Ibaka and Poeltl have played over 200 minutes together, the vast majority of which came with both Lowry and DeRozan, and posted a negative net rating, on the strength of a 114.9 defensive rating. It just hasn’t worked. And this is no residue from early season struggles — since the All-Star break the pairing has been even worse, posting a 125 DRTG and -10 net rating in over 50 minutes played together.
Yeah, that pairing actually played to a break even rating in this one, but most of that is driven by the small sample success they had beside Anunoby. In crunch time, Anunoby was nowhere to be seen, and the pairing crashed and burned as expected.
Speaking of which, what did we have to say about crunch time lineups?
VanVleet and Anunoby both seem to be key defensive players in the clutch. Anunoby’s sample sadly comes from only six games from early in the year, but if there are match-ups where you need a bigger wing defender in crunch time and Fred VanVleet doesn’t make sense on that end, Anunoby has had success when he’s been used, and as we noted, closing with your starters makes sense anyway.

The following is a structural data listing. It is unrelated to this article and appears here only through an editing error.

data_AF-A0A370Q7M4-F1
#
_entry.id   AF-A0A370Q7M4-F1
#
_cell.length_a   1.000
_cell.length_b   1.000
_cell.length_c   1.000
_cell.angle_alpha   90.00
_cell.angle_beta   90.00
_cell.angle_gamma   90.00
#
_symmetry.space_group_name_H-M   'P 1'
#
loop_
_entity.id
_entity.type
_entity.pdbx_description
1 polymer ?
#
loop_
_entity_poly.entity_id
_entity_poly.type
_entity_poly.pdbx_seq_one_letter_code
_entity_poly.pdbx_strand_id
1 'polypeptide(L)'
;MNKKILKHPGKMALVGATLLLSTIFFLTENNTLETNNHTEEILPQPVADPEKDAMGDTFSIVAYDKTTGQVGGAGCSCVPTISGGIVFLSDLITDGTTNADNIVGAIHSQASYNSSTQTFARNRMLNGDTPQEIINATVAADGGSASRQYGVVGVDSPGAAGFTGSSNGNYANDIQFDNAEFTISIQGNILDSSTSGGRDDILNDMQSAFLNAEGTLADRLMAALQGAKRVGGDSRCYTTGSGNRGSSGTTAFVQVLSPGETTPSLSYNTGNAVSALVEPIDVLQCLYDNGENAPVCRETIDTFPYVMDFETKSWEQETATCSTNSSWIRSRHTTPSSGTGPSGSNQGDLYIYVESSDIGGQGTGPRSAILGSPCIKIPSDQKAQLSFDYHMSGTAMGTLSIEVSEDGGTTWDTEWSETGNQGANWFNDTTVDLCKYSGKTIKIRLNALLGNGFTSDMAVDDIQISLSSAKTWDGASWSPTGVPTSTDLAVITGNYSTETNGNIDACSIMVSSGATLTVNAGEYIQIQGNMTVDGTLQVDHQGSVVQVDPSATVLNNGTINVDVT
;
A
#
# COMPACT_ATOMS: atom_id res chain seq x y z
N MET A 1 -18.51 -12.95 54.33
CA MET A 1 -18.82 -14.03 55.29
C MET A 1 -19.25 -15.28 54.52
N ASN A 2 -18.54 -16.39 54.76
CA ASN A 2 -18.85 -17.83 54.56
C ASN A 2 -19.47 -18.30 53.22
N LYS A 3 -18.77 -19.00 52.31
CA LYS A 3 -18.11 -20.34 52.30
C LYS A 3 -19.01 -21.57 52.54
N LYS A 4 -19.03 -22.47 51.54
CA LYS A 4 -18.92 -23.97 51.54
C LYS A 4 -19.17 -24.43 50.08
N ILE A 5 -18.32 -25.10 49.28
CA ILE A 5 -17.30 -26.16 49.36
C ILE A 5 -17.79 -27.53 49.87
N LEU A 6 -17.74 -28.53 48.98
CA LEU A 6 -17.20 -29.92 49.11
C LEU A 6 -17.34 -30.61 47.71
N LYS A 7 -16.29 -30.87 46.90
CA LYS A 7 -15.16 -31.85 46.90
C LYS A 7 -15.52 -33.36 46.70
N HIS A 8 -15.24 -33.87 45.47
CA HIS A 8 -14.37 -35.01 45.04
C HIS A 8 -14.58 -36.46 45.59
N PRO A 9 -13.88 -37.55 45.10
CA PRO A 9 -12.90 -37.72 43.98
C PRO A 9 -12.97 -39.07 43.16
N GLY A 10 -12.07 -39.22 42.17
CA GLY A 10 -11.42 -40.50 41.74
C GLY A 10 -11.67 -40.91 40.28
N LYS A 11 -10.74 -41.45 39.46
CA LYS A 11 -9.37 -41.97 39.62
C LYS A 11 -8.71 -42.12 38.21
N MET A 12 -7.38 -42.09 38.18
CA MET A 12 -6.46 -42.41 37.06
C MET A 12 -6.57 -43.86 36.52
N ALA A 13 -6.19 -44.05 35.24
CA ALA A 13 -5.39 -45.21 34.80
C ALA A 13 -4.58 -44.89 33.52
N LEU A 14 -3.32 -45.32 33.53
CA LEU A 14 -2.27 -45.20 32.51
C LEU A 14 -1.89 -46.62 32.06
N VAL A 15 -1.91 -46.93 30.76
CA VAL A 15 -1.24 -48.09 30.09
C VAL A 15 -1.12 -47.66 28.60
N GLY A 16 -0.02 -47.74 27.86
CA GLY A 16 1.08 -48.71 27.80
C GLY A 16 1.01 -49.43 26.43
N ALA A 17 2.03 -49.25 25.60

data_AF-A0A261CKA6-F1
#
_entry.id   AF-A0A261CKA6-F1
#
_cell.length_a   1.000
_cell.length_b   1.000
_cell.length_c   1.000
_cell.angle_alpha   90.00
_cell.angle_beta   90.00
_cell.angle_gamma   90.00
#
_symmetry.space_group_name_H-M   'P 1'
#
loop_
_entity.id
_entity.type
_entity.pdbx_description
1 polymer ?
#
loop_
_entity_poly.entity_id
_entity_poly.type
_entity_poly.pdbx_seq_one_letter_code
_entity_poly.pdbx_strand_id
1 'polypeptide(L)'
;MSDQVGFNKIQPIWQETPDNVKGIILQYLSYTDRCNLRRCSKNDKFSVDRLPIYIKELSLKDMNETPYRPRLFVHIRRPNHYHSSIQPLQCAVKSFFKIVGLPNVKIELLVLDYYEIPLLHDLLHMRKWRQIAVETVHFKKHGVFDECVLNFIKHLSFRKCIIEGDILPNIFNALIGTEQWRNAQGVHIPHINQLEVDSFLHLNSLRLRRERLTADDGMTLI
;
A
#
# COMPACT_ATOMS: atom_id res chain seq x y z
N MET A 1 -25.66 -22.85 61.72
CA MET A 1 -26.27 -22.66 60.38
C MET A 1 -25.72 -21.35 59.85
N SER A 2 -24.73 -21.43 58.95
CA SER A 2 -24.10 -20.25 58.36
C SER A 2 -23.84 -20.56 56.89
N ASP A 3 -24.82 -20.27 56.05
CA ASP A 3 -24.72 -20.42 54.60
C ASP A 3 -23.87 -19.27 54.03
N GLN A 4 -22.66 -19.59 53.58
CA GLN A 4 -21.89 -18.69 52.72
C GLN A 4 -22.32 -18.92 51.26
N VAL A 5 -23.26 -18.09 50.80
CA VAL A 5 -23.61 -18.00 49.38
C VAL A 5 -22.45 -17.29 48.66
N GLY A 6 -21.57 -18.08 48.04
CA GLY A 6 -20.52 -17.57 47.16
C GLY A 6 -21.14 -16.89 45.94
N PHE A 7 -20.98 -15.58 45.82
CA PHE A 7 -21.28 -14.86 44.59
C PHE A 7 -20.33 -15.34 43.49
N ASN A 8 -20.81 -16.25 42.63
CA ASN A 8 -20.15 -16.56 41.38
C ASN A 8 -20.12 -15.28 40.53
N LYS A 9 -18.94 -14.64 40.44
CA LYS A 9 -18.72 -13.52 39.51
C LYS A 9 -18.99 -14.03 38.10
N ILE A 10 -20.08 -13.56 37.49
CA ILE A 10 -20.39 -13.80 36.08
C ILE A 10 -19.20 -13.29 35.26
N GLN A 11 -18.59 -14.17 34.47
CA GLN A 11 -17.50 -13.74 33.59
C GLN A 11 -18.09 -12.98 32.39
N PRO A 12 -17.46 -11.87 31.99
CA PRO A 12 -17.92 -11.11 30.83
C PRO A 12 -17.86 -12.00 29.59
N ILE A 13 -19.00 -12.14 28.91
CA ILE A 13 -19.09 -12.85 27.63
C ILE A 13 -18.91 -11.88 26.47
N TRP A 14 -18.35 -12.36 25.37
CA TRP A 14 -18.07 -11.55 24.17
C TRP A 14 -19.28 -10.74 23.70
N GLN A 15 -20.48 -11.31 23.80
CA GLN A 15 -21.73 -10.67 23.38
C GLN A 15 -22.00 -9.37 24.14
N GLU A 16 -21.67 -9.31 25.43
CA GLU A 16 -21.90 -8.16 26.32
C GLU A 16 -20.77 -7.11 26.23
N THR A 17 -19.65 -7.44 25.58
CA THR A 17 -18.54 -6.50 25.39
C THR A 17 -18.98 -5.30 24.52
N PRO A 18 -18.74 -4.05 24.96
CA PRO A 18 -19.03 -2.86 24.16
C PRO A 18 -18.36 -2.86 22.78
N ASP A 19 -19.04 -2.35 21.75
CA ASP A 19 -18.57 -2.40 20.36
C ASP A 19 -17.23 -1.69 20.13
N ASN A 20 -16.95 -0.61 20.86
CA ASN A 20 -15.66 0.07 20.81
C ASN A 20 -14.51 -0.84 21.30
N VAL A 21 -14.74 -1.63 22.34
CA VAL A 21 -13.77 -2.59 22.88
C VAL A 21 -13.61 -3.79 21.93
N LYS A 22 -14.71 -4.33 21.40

Well, with no VanVleet available, this was Anunoby’s shot! Considering how great he has been in the series so far, it would be shocking if he didn’t play in the fourth at all. (It’s fair to note here that OG may have been struggling with a sore ankle, but we’ll never quite know how much.)
One other thing that stands out is how the offense absolutely dies when Siakam or Poeltl play. With reduced spacing, the defense can key on Lowry and DeRozan too easily. Leaving aside Anunoby’s few games of great success, the key to the offense appears to be playing Valanciunas, and to a lesser extent Ibaka. Meanwhile, the defense with or without Valanciunas has performed about the same in the clutch. Another clue pointing to playing the starters together late, or at least most of them.